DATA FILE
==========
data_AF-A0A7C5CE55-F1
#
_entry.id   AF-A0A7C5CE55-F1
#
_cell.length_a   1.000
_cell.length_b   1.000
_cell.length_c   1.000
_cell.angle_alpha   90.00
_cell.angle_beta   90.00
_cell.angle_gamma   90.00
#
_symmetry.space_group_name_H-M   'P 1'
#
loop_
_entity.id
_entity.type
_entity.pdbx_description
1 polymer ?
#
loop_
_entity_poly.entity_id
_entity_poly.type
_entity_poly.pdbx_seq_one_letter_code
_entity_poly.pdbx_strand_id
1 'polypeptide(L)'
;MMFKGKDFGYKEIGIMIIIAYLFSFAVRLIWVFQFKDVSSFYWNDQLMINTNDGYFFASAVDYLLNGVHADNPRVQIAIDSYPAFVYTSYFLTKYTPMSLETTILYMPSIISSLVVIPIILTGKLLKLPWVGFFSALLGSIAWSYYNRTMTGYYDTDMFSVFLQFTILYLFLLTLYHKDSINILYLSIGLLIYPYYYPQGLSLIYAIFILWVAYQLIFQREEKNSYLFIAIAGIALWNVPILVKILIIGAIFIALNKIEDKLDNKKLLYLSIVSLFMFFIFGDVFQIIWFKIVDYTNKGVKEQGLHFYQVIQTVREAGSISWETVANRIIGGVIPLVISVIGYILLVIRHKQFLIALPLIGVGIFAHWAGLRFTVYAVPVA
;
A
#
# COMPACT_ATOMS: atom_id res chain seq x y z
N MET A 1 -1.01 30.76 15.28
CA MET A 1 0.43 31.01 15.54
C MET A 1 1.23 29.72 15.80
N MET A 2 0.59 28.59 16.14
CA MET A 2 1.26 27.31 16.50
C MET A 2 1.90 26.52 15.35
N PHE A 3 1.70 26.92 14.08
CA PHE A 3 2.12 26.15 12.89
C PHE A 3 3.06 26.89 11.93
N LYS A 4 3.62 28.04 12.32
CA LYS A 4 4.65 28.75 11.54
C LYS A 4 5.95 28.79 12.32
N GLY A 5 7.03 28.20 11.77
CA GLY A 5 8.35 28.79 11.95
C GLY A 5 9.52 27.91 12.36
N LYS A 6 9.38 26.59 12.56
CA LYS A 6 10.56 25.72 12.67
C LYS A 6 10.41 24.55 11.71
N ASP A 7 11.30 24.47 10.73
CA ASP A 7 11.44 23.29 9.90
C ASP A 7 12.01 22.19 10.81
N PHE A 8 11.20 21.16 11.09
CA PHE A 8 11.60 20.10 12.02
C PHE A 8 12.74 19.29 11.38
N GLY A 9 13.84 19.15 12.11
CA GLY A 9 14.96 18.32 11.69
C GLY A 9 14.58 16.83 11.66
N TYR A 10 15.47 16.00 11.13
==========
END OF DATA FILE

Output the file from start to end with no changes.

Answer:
data_AF-A0A7C5CE55-F1
#
_entry.id   AF-A0A7C5CE55-F1
#
_cell.length_a   1.000
_cell.length_b   1.000
_cell.length_c   1.000
_cell.angle_alpha   90.00
_cell.angle_beta   90.00
_cell.angle_gamma   90.00
#
_symmetry.space_group_name_H-M   'P 1'
#
loop_
_entity.id
_entity.type
_entity.pdbx_description
1 polymer ?
#
loop_
_entity_poly.entity_id
_entity_poly.type
_entity_poly.pdbx_seq_one_letter_code
_entity_poly.pdbx_strand_id
1 'polypeptide(L)'
;MMFKGKDFGYKEIGIMIIIAYLFSFAVRLIWVFQFKDVSSFYWNDQLMINTNDGYFFASAVDYLLNGVHADNPRVQIAIDSYPAFVYTSYFLTKYTPMSLETTILYMPSIISSLVVIPIILTGKLLKLPWVGFFSALLGSIAWSYYNRTMTGYYDTDMFSVFLQFTILYLFLLTLYHKDSINILYLSIGLLIYPYYYPQGLSLIYAIFILWVAYQLIFQREEKNSYLFIAIAGIALWNVPILVKILIIGAIFIALNKIEDKLDNKKLLYLSIVSLFMFFIFGDVFQIIWFKIVDYTNKGVKEQGLHFYQVIQTVREAGSISWETVANRIIGGVIPLVISVIGYILLVIRHKQFLIALPLIGVGIFAHWAGLRFTVYAVPVA
;
A
#
# COMPACT_ATOMS: atom_id res chain seq x y z
N MET A 1 -1.01 30.76 15.28
CA MET A 1 0.43 31.01 15.54
C MET A 1 1.23 29.72 15.80
N MET A 2 0.59 28.59 16.14
CA MET A 2 1.26 27.31 16.50
C MET A 2 1.90 26.52 15.35
N PHE A 3 1.70 26.92 14.08
CA PHE A 3 2.12 26.15 12.89
C PHE A 3 3.06 26.89 11.93
N LYS A 4 3.62 28.04 12.32
CA LYS A 4 4.65 28.75 11.54
C LYS A 4 5.95 28.79 12.32
N GLY A 5 7.03 28.20 11.77
CA GLY A 5 8.35 28.79 11.95
C GLY A 5 9.52 27.91 12.36
N LYS A 6 9.38 26.59 12.56
CA LYS A 6 10.56 25.72 12.67
C LYS A 6 10.41 24.55 11.71
N ASP A 7 11.30 24.47 10.73
CA ASP A 7 11.44 23.29 9.90
C ASP A 7 12.01 22.19 10.81
N PHE A 8 11.20 21.16 11.09
CA PHE A 8 11.60 20.10 12.02
C PHE A 8 12.74 19.29 11.38
N GLY A 9 13.84 19.15 12.11
CA GLY A 9 14.96 18.32 11.69
C GLY A 9 14.58 16.83 11.66
N TYR A 10 15.47 16.00 11.13